“Cannabidiol (CBD), a major cannabinoid of hemp, does not bind to CB1 receptors and is therefore devoid of psychotomimetic properties. Under acidic conditions, CBD can be transformed to delta9-tetrahydrocannabinol (THC) and other cannabinoids. It has been argued that this may occur also after oral administration in humans. However, the experimental conversion of CBD to THC and delta8-THC in simulated gastric fluid (SGF) is a highly artificial approach that deviates significantly from physiological conditions in the stomach; therefore, SGF does not allow an extrapolation to in vivo conditions.
Unsurprisingly, the conversion of oral CBD to THC and its metabolites has not been observed to occur in vivo, even after high doses of oral CBD. In addition, the typical spectrum of side effects of THC, or of the very similar synthetic cannabinoid nabilone, as listed in the official Summary of Product Characteristics (e.g., dizziness, euphoria/high, thinking abnormal/concentration difficulties, nausea, tachycardia) has not been observed after treatment with CBD in double-blind, randomized, controlled clinical trials. In conclusion, the conversion of CBD to THC in SGF seems to be an in vitro artifact.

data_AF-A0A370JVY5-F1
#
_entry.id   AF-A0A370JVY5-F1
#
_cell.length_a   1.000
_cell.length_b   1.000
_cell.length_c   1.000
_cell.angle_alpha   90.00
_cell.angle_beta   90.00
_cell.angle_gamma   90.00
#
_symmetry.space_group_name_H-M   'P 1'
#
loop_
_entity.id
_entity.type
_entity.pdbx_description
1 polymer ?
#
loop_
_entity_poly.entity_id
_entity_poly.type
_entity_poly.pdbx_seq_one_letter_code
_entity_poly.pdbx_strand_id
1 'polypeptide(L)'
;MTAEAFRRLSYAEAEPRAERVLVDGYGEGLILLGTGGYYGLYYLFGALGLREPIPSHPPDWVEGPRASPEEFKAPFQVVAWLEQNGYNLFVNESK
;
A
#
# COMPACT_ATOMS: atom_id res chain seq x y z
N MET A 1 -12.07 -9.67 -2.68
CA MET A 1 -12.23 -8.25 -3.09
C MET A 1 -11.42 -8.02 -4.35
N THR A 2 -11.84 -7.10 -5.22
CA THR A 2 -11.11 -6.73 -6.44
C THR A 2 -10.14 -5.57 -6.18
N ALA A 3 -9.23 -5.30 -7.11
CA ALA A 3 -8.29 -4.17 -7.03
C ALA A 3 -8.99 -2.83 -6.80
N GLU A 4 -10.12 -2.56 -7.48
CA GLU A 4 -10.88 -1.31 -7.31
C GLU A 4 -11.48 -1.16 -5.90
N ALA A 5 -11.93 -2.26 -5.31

Over 40 years of research on CBD does not suggest a conversion of CBD to delta9-THC and/or other cannabinoids in vivo after oral administration. Such transformation occurs under artificial conditions, but is without any relevance for an oral therapy with CBD.” http://online.liebertpub.com/doi/full/10.1089/can.2017.0009?_ga=2.206725530.884504339.1500032065-2115951543.1500032065#
“Cannabidiol Does Not Convert to THC In Vivo. Although CBD Can Be Transformed to THC Under Acidic Conditions, the Conversion of Oral CBD Doesn’t Occur In Vivo” http://www.genengnews.com/gen-exclusives/cannabidiol-does-not-convert-to-thc-iin-vivoi/77900938